This section is the body of your career story. Use your experience entries to show how you’ve progressed and grown throughout your career. In describing each role, spotlight your major accomplishments, and consider whether adding media can help illustrate your contributions. For example, if you were the lead UX designer behind a company’s app launch, you may consider attaching wireframe images or screenshots of the final product.

Filling out this section completely and infusing it with relevant keywords can help improve your profile’s searchability.

Be sure to keep this section as up-to-date as possible. Learn more about announcing your new job on LinkedIn.


List your formal education under the education section. For each entry, you can include your school, degree, field of study, dates attended, GPA, and activities. You can also add a description—where you can detail relevant coursework, for example—and attach media.

Similar to listing education on your resume, the more work experience you have, the less detail you’ll need to include in your education section. For example, if you are a recent graduate, you’ll probably want to leverage the skills you honed and your many achievements from your college years as you network with recruiters and hiring managers. However, if you have a decade of work experience, by this point, your degree likely only appears as a starting point for 10 years of growth.

As you fill out this section, consider the role your education plays at this point in your career story, and add detail accordingly.

Licenses and certifications

Add your professional credentials to your profile under the Licenses & Certifications section. Here, you can detail the name of your credential, issuing organization, issue date, expiration date (if applicable), and credential ID and URL.

There’s no space to describe your credential in this section, so if you want to highlight this achievement, consider incorporating the achievement into your headline or summary. If you’ve completed courses on Coursera, you’ll be able to add your certificates to this section.

Learn more about adding Coursera accomplishments to your LinkedIn profile.

Additional sections

There are several additional sections you may add to your LinkedIn profile if they are relevant to your growth journey. LinkedIn doesn’t limit the length of your profile, so you can add as many or as few sections as you need to tell your story.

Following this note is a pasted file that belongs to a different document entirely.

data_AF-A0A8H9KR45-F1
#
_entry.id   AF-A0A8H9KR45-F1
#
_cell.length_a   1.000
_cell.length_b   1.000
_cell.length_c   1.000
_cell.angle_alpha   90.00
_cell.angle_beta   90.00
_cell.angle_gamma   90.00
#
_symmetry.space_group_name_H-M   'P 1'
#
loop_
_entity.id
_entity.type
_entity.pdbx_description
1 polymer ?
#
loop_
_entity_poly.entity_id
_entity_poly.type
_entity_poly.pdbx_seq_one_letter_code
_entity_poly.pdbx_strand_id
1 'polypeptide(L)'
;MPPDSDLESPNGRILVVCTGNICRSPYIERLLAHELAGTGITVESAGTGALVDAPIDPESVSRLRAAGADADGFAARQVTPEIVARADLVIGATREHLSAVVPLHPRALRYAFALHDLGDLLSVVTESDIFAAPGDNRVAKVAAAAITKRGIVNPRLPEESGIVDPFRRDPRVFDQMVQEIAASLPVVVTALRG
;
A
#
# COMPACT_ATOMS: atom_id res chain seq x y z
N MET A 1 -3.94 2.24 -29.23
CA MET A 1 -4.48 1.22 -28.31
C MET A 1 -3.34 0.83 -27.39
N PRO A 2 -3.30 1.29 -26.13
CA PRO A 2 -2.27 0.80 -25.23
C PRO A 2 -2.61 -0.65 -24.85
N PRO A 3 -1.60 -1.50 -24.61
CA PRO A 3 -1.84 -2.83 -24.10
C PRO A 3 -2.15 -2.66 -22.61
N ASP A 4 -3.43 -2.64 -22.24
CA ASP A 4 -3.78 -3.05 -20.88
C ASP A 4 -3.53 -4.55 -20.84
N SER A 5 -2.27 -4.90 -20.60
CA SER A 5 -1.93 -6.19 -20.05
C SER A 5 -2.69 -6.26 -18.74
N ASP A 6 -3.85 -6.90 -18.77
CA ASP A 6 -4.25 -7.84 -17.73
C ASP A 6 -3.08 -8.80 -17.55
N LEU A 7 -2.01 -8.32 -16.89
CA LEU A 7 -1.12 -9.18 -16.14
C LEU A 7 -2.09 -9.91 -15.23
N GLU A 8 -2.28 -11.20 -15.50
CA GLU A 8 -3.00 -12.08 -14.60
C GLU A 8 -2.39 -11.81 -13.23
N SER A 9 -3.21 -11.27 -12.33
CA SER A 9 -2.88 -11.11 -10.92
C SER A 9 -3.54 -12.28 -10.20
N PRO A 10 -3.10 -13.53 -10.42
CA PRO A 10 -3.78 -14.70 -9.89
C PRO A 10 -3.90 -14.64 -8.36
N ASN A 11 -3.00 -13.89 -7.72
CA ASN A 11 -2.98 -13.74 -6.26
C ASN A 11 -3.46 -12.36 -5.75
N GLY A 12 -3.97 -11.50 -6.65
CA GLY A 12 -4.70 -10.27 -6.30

Some sections you may want to consider include:

  • Skills

  • Volunteer experience

  • Languages

  • Honors & awards

  • Publications

  • Organizations

  • Causes

You can also add portfolio entries to your profile, and even upload your resume to LinkedIn. Choose the sections and upload options that work together to demonstrate your professional expertise and achievements.

Does LinkedIn show who viewed your profile?

LinkedIn shares some profile analytics when you’re logged into your account, including the number of people who have viewed your profile and how often you appear in search results. You can locate this data by navigating to the section titled ‘Analytics’ on your logged-in profile.

A few factors influence whether you can see who viewed your profile. If you have a free LinkedIn account, you can see who viewed your profile only if your Profile Viewing Options are set to show your name and headline or private profile characteristics and if the person viewing your profile has also selected one of those settings. If you subscribe to LinkedIn Premium, you can see those members who have viewed your profile regardless of your privacy settings, as long as those members choose to share that information.

To adjust your privacy settings, navigate to your profile settings.


Getting the most out of LinkedIn

Once you’ve finished filling out your profile, you're ready to use it to build your professional network and participate in industry discussions. Here are some tips for using LinkedIn:

  • Expand your network: Start building your network by requesting to connect with people you know. From there, you’ll be able to identify second-degree connections or people who your contacts know and may be willing to introduce you to.

  • Follow people and topics of interest: Stay up-to-date with industry trends and leaders by following organizations and people relevant to your professional interests to see updates and posts on your home feed.

  • Participate in conversations: Join conversations by reacting to and commenting on posts from people you follow. You may find an interesting conversation or a new contact through the comment section.

  • Support your colleagues: Endorse the connections you enjoyed working with and build goodwill within your network by writing LinkedIn recommendations. Plus, when you write a recommendation, your note of support will show up on your connection's LinkedIn profile, which can expose potential new connections to your profile.

  • Share content: You can demonstrate your expertise and insight by sharing original posts, and potentially spark conversations and learning opportunities with others in your field.

Learn more about how to reach out to a recruiter on LinkedIn.

Next steps

Add a new credential to your LinkedIn profile with a Professional Certificate from industry leaders like Google, Meta, and IBM on Coursera. Learn in-demand skills for careers in project management, UX design, marketing analytics, cybersecurity, and sales. Sign up for Coursera today for free and gain access to thousands of courses.

Article sources

1. LinkedIn. “10 Tips for Taking a Professional LinkedIn Profile Photo,” Accessed December 18, 2023.